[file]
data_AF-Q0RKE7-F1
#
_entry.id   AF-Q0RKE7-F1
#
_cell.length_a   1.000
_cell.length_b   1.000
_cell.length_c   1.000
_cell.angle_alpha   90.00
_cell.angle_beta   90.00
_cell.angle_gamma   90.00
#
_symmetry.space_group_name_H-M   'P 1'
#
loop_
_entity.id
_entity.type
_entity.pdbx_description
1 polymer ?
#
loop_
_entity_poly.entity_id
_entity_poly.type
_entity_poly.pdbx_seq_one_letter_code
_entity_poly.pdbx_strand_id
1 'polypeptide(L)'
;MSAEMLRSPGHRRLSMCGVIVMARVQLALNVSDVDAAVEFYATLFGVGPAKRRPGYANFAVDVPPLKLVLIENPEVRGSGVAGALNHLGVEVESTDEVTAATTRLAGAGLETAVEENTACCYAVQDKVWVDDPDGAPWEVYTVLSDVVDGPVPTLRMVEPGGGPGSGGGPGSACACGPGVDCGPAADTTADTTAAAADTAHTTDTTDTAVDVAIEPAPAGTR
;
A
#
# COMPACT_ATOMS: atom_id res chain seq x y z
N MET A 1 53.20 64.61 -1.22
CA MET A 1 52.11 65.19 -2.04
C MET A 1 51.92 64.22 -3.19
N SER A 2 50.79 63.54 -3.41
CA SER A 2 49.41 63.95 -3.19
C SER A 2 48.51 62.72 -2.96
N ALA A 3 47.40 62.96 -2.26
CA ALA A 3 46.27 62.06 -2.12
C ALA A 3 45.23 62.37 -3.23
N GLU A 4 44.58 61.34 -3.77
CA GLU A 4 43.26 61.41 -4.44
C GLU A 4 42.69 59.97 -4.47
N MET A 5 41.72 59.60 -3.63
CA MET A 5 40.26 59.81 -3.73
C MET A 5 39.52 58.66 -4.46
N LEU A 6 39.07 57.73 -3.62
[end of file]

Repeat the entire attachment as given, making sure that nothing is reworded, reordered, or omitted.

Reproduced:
data_AF-Q0RKE7-F1
#
_entry.id   AF-Q0RKE7-F1
#
_cell.length_a   1.000
_cell.length_b   1.000
_cell.length_c   1.000
_cell.angle_alpha   90.00
_cell.angle_beta   90.00
_cell.angle_gamma   90.00
#
_symmetry.space_group_name_H-M   'P 1'
#
loop_
_entity.id
_entity.type
_entity.pdbx_description
1 polymer ?
#
loop_
_entity_poly.entity_id
_entity_poly.type
_entity_poly.pdbx_seq_one_letter_code
_entity_poly.pdbx_strand_id
1 'polypeptide(L)'
;MSAEMLRSPGHRRLSMCGVIVMARVQLALNVSDVDAAVEFYATLFGVGPAKRRPGYANFAVDVPPLKLVLIENPEVRGSGVAGALNHLGVEVESTDEVTAATTRLAGAGLETAVEENTACCYAVQDKVWVDDPDGAPWEVYTVLSDVVDGPVPTLRMVEPGGGPGSGGGPGSACACGPGVDCGPAADTTADTTAAAADTAHTTDTTDTAVDVAIEPAPAGTR
;
A
#
# COMPACT_ATOMS: atom_id res chain seq x y z
N MET A 1 53.20 64.61 -1.22
CA MET A 1 52.11 65.19 -2.04
C MET A 1 51.92 64.22 -3.19
N SER A 2 50.79 63.54 -3.41
CA SER A 2 49.41 63.95 -3.19
C SER A 2 48.51 62.72 -2.96
N ALA A 3 47.40 62.96 -2.26
CA ALA A 3 46.27 62.06 -2.12
C ALA A 3 45.23 62.37 -3.23
N GLU A 4 44.58 61.34 -3.77
CA GLU A 4 43.26 61.41 -4.44
C GLU A 4 42.69 59.97 -4.47
N MET A 5 41.72 59.60 -3.63
CA MET A 5 40.26 59.81 -3.73
C MET A 5 39.52 58.66 -4.46
N LEU A 6 39.07 57.73 -3.62